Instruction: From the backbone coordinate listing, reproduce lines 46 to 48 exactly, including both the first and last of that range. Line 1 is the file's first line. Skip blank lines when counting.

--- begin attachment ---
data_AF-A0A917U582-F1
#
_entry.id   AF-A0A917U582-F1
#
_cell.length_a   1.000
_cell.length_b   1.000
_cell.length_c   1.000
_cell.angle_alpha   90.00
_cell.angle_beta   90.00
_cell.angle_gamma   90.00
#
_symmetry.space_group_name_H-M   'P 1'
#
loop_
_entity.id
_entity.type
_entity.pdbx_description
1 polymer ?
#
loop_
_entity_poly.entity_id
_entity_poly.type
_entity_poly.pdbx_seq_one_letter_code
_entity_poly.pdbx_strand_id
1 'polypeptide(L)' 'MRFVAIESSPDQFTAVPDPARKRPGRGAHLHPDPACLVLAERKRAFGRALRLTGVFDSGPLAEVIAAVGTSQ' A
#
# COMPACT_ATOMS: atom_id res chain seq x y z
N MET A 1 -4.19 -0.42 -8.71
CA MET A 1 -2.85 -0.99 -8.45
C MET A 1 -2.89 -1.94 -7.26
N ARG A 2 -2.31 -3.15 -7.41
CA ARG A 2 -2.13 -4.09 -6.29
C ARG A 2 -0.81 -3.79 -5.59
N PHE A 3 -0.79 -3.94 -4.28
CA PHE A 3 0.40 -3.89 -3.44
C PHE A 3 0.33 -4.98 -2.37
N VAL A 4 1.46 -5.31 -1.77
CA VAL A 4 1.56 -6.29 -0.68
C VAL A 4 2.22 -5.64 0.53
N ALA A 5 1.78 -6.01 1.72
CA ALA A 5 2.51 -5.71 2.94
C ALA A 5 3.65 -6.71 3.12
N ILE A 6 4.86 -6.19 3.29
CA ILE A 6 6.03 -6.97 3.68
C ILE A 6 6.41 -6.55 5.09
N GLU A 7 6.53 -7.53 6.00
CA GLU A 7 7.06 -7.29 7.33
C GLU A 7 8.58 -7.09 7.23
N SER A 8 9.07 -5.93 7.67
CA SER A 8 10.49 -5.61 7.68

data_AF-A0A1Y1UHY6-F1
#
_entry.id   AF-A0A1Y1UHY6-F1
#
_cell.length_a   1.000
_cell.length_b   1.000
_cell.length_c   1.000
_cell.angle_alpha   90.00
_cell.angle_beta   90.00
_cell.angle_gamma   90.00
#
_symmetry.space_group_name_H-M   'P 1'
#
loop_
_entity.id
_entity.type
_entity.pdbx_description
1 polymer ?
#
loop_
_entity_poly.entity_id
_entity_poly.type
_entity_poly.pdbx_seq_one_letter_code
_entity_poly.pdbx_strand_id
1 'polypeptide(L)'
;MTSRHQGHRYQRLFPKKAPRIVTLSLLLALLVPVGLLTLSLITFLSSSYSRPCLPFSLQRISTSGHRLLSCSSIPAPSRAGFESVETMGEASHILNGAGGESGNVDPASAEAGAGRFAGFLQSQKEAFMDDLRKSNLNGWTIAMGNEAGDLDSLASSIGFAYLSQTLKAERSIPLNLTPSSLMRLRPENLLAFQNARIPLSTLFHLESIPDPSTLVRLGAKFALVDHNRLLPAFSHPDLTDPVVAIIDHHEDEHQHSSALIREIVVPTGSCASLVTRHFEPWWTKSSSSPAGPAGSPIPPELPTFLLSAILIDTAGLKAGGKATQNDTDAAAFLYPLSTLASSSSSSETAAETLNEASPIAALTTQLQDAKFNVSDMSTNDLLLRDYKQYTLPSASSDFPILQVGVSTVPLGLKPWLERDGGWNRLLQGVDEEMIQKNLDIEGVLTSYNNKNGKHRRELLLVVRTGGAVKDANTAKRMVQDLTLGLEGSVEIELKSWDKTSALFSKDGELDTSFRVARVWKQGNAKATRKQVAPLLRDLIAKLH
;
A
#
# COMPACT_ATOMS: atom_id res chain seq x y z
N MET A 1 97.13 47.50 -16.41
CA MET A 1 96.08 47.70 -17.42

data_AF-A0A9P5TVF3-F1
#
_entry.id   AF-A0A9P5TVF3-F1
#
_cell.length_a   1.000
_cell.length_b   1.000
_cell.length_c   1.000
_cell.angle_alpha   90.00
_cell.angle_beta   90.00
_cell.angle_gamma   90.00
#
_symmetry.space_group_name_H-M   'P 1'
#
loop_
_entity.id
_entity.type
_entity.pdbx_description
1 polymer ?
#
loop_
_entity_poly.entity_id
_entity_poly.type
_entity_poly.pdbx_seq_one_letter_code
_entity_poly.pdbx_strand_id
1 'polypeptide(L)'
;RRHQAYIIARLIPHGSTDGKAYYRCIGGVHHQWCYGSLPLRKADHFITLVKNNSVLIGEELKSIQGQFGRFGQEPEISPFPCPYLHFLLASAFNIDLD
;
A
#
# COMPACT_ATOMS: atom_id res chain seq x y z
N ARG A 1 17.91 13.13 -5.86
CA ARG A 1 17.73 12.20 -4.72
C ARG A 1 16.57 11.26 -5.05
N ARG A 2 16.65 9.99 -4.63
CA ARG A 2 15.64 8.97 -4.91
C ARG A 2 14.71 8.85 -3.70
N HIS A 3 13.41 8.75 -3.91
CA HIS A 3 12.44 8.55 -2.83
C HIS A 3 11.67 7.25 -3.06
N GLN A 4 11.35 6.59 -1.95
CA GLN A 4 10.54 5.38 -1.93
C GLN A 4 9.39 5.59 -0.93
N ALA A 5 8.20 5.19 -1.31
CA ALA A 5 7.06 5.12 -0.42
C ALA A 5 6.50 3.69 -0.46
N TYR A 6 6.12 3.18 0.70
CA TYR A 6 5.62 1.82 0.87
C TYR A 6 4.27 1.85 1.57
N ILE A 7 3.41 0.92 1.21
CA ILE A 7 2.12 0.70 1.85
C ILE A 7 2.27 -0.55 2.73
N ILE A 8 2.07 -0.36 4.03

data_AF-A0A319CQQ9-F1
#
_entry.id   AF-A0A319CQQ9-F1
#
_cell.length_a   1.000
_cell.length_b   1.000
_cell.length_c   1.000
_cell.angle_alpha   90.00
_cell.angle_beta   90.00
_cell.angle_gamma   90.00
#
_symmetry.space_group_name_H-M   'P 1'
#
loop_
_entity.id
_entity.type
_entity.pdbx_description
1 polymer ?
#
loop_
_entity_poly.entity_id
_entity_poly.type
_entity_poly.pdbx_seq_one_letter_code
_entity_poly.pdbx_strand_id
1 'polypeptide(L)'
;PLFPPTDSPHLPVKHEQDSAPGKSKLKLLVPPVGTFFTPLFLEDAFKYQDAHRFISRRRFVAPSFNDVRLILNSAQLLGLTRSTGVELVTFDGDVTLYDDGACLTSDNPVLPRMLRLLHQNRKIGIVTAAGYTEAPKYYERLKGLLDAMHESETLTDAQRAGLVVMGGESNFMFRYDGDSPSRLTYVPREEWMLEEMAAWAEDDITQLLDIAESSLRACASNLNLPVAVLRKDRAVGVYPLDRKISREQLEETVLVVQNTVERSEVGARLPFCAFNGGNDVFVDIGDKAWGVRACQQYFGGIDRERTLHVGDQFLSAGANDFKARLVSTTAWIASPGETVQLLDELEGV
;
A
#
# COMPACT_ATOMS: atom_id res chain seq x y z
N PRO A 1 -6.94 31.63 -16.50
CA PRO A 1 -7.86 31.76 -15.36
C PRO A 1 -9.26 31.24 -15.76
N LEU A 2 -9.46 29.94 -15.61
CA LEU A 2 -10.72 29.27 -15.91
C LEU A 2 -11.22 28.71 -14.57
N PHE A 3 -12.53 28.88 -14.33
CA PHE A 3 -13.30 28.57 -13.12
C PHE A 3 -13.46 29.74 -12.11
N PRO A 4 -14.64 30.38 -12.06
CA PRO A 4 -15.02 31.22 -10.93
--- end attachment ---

N GLU A 7 6.53 -7.53 6.00
CA GLU A 7 7.06 -7.29 7.33
C GLU A 7 8.58 -7.09 7.23